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Aged care support worker Jacqueline Griffiths and care recipient, nurse Carmen Morris. Picture: Supplied.

‘On the same page’: home care worker and recipient share story

Perth-based aged care support home care worker Jacqueline and former nurse Carmen share a special bond.

Every Thursday and Friday morning, Jacqueline comes over to help 84-year-old Carmen, who was diagnosed with lung cancer, with her daily tasks.

While they only know each other since last August they have forged a close friendship based on similar interests such as gardening and healthy foods.

"We have a really strong bond – I like my other clients too, but more so with her," Jacqueline told Aged Care Insite.

"We're on the same page – we can talk about anything."

Jacqueline said their similar personalities and background allows them to support each other through individual battles.

After Carmen was diagnosed with cancer, she opted out of chemotherapy and reached for herbal medicine to ease the symptoms.

Every day, an average of 413 Australians are diagnosed with cancer, of which lung cancer is rated the most deadly.

Roughly one in five people living with lung cancer in Australia survive five years after diagnosis.

Aside from the physical impact of cancer, a person often faces considerable psychological challenges, such as changes in their social network, engagement and identity. 

One survey found that 65 per cent of the participants said their friends had cut contact after hearing about the diagnosis.

Loneliness and social isolation are considered painful 'side effects' of living with cancer and are often not talked about.

For Carmen, Jacqueline's regular visits are something she looks forward to.

Jacqueline said that, especially in the beginning, it was hard for Carmen because most of her friends no longer called or tried to see her.

"I told her that people are often scared and don't know what to say to comfort her.

"Some sort of strange thing in their mind that they might even catch it.

"But I talk to her about dying and how she feels – and I can ask her things too."

67-year-old Jacqueline moved from the United Kingdom to Australia in 1986 to work at Perth Home Care, then called Aviva.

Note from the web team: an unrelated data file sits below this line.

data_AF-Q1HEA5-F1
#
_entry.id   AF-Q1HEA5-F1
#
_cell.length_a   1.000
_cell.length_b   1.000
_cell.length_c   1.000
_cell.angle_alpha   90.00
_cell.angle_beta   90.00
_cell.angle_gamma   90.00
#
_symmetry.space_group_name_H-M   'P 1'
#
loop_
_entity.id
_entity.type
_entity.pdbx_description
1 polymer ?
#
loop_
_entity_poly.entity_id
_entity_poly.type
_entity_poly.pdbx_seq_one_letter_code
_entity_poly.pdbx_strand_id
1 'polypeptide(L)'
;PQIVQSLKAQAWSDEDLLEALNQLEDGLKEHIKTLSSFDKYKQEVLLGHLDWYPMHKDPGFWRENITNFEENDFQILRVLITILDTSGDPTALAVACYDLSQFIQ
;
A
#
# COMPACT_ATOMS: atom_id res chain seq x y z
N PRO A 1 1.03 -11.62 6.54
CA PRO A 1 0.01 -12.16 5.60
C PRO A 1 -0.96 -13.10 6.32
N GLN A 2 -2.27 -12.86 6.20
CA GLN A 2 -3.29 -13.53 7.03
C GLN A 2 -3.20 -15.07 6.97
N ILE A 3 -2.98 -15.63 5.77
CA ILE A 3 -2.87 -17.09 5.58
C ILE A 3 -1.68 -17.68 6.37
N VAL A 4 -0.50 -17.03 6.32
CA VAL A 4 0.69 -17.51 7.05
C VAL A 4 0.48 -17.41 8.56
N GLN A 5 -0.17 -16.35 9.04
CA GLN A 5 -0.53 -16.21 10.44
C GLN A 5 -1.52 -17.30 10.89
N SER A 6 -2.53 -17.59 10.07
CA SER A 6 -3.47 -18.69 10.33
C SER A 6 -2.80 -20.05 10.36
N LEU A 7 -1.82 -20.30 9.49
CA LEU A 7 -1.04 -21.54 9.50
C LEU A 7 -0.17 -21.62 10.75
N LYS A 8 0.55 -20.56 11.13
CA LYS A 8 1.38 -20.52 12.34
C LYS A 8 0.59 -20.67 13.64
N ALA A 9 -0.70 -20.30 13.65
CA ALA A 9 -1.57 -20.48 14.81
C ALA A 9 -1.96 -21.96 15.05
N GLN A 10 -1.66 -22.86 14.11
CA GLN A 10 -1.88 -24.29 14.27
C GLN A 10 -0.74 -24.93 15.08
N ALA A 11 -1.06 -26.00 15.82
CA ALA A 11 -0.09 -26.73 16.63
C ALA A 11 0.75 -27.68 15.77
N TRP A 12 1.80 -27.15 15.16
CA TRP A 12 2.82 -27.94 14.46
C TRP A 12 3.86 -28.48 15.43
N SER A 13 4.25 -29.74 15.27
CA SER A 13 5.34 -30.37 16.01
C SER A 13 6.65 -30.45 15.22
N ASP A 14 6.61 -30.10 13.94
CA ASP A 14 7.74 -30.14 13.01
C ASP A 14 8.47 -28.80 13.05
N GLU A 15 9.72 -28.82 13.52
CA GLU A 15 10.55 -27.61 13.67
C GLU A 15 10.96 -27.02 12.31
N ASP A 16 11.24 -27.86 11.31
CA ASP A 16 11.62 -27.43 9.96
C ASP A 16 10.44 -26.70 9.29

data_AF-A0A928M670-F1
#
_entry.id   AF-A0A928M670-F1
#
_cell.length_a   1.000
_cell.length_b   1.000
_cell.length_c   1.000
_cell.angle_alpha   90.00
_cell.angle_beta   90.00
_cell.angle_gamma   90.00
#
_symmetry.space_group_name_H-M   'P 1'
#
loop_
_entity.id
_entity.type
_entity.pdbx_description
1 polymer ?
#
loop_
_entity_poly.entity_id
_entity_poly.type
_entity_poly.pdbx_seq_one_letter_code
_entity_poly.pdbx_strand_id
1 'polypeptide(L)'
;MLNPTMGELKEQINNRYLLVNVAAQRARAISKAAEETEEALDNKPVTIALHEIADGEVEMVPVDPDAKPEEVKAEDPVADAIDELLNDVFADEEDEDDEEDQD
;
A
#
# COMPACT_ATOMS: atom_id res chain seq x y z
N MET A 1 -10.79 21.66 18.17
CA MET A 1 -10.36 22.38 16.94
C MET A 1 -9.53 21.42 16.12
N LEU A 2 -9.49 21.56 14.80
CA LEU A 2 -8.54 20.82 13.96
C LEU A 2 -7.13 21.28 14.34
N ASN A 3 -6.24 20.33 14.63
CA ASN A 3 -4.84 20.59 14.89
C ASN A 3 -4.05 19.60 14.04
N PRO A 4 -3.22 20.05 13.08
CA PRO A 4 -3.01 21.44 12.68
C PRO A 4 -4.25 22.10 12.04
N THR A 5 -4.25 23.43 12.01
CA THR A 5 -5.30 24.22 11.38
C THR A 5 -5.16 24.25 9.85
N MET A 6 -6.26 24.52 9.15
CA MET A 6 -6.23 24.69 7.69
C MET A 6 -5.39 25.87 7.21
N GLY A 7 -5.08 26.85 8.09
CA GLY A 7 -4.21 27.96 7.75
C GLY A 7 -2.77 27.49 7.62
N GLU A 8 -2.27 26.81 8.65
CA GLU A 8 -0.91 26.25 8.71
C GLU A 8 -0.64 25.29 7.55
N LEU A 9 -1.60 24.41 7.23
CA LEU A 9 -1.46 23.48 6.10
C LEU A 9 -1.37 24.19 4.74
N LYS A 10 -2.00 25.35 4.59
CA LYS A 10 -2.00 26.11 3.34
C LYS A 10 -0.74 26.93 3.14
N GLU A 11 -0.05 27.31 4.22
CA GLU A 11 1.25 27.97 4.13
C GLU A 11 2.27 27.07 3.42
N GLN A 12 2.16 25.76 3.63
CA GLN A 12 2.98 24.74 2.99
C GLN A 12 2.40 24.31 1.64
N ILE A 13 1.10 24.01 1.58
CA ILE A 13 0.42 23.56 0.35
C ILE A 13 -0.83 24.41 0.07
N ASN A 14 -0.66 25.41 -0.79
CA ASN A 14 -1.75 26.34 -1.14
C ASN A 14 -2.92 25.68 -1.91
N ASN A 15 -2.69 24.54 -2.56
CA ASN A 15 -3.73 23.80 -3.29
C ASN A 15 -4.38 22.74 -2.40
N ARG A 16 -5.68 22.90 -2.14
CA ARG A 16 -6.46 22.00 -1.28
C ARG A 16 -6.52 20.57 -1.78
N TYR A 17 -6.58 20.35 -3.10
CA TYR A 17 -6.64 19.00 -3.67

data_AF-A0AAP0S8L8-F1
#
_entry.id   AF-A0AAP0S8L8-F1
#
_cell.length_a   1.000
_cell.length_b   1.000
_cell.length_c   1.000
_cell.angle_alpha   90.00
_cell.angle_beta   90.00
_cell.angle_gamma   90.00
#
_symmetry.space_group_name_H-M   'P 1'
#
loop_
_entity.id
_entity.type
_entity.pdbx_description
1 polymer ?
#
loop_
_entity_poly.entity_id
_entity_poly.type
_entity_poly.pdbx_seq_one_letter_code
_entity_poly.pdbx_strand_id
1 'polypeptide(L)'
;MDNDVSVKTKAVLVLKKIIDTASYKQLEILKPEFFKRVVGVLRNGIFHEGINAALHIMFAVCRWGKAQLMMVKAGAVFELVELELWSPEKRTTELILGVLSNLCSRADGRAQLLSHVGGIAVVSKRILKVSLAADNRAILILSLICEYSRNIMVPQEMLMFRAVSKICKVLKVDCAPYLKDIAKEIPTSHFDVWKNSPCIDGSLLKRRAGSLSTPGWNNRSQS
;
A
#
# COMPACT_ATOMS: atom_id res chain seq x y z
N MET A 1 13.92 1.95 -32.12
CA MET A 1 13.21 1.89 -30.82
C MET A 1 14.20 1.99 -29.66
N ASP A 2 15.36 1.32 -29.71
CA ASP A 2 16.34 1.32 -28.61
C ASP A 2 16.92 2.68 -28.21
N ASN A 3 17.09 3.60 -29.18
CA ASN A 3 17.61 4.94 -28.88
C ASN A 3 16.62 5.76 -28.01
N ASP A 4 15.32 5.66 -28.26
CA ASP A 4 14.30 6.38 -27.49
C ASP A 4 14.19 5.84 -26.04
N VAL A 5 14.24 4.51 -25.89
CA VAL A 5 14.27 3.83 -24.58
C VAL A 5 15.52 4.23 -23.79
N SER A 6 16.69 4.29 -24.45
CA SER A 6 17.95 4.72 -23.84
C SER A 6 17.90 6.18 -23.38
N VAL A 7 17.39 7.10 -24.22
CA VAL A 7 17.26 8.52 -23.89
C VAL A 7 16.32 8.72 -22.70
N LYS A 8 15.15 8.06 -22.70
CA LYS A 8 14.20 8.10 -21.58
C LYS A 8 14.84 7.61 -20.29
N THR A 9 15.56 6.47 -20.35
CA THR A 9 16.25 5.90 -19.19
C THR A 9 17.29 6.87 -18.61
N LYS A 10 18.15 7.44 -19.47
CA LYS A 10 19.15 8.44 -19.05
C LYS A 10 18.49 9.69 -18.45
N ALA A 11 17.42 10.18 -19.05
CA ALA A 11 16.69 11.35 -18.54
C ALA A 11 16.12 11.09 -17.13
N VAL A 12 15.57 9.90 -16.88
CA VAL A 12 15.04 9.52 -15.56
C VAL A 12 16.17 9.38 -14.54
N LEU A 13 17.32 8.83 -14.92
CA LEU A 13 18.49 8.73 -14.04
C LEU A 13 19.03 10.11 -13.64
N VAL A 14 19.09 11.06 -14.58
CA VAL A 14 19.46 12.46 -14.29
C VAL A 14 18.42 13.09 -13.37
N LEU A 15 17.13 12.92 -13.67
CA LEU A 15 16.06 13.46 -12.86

After a few years, she accepted a corporate role in the city, where she stayed for ten years.

But her passion for people pulled her back to the care sector.

As a child, Jacqueline said she always wanted to help others. 

She recalled her neighbour, an older woman, who she often visited 'just to keep her company.'

"It was always in my nature," Jacqueline said.

"I've always felt the happiest doing that.

"You're doing something for somebody important to them."

Jacqueline took a break from her job a few years ago to become a full-time carer for her mother, who is living with Alzheimer's. 

It's estimated that over 400,000 Australians are currently living with a form of dementia.

Alzheimer's, a type of dementia, is characterised by a decline in cognitive functioning and memory due to the degeneration of brain cells.

People living with Alzheimer's tend to have issues performing day-to-day tasks and may forget important dates, names and the purpose of everyday items.

Jacqueline said that while her mother's disease progresses rapidly, she still remembers her name and recognises her face.

"Caring for my mother gave me an even bigger understanding of how difficult it can be to look after a loved one," she said.

"It was very close, and it's so different when it's a family member as to being somebody you don't know."

After three years, Jacqueline moved her mother into residential care to share the load – even though she'd liked to do more.

While she now works part-time for myHomecare Group's Enrich Living Services, her mother's care still takes up a lot of her time.

She often drives her mother to medical appointments and hospital visits and sits with her during the meetings, so she feels safe.

"It's just that I hate getting so tired," Jacqueline said.

"I wish I could do more, but I know I can't."

When Jacqueline met Carmen last year, she enjoyed their conversations that ranged from everyday life to death and dying.

Carmen describes herself as an 'old nurse' who has worked all over the world.

"Her nursing mentality still shines through in her personality," Jacqueline laughed.

"We'd be in the supermarket, and Carmen keeps rushing, and I would say, 'what's the rush? We have all the time in the world!'

Carmen, out of breath, would respond that nurses were always in a hurry to get things done.

"She's very regimented like that," Jacqueline said. "And that's fine by me – it might cut some people off, but I just help her try to relax."

Last week, Carmen told Jacqueline that she wouldn't know what to do if someone else came and made her bed.

Jacqueline also helps Carmen in the garden, putting eggshells in the soil to protect the plants from snails.

"Carmen is very particular about how you do things," she said.

"But we're similar in that too because I'd like her to tell me if I was doing something wrong."

Although Jacqueline is past retirement age, she said she'll likely 'stay a bit longer' to help Carmen.

"It's just that I feel that I'll wait until Carmen's past.

"She could go another couple of years, maybe, and I just like to be there for her until the end."

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